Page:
The Current Status of Trees in Eritrea
Eritrean youth planting trees in Asmara
By Semir Seid
The current status of trees in Eritrea according to the statistics presented during the annual afforestation day by Mr. Abraha Gharza, Director General of Forestry and Wildlife authority at the Ministry of Agriculture was described as below average. In his own words, Mr. Abraha told Eritrea Profile that it would be an exaggeration to say that forestry is in a good condition and at the same time it wouldn’t sound right to say they are in a bad condition as it implicates that we are not doing our best.
Back to history when Eritrea was colonized by the Italians, we came to know that Eritrea had 30% coverage of forests. And during the time of federation, which is between the 50s and early 60s, there was about 11% forest coverage in the country. During the reign of the Derg colonizers however, the country faced a huge loss of human and material resources including forestry due to the consecutive wars. The present time shows that only less than 1% forestry coverage is available. Nevertheless, to reverse this declining numbers it is in the hand of the society and the concerned parties, and as the authority disclosed, they are already on the march since the last 10 years.
Basically, the forestry and wildlife authority located inside the premises of the Ministry of Agriculture is composed of three branches. These three branches include the forestry resources, animal resources, and the protection of both forestry and wildlife. What Mr. Abraha affirms as an achievement is the winning over the society’s mindset that everyone expects the afforestation day on May 15 every year. Not only the people of major cities but also people of far areas in the country.
The theme, “Vigorous Effort to Greening Campaign”, is on track and according to the latest study findings, around 483 green clubs are formed to assist the program.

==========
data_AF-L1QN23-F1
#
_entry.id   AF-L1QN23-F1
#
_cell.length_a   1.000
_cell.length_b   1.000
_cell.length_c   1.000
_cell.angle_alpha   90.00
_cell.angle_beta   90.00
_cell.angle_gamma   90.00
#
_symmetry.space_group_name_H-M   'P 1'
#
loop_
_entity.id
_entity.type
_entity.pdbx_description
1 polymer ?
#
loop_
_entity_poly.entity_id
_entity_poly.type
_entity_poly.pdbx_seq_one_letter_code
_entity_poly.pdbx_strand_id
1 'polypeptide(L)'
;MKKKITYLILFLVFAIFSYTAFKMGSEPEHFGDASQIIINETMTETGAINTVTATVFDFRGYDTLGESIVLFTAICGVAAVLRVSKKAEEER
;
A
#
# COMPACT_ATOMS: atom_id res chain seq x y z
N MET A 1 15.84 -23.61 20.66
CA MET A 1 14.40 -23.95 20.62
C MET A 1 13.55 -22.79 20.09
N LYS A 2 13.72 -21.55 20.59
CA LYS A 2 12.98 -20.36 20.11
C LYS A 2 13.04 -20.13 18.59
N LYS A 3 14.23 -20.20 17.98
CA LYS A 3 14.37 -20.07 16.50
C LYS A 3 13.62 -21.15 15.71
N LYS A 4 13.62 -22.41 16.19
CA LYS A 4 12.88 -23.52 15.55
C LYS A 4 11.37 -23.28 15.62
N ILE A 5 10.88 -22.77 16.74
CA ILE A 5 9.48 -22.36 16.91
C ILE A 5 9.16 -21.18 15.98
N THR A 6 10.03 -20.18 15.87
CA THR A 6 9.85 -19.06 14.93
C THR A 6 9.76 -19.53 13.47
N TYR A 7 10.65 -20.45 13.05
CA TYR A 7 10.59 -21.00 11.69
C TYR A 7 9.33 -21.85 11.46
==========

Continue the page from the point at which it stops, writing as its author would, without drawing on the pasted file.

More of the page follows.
Contrary to that, it is natural to see irresponsible individuals who toil to cut trees for their personal interests unlike the noble works of majority of the people. Some people tend to cut trees massively just for the benefit of themselves and their families.
The authorities of the program warned that every single activity and area is under a strict control, since they are in the construction not destruction avenue. The authorities says that they cannot tolerate any single person to cut trees for any purpose. Some parties claimed what if they can chop down unproductive trees like prosopis (Temri Musa) for charcoal and limestone production uses, yet Abraha Gharza strongly condemns uttering a reasonable statement, “Dhri selefa entay terefa”, roughly denoting, they won’t be allowing any single tree to be wasted for personal uses even trees like prosopis, since people cease not to cut trees when they find out what they call unproductive trees are finished.
Besides, native trees which are in less amount compared to imported seedlings are being revised by the authority as long as their importance can be utilized for personal and more of medical uses like pediatricians prescribe it. Areas like Adi Sheika and May Tsebra are the only centers where only native trees are planted and kept. The institution is making several researches to keep the native trees like Bamboo and distribute them in the country and get advantage out of them. The Ministry of Local Government being the active participant and stakeholder of the program is making a significant approach in developing the program.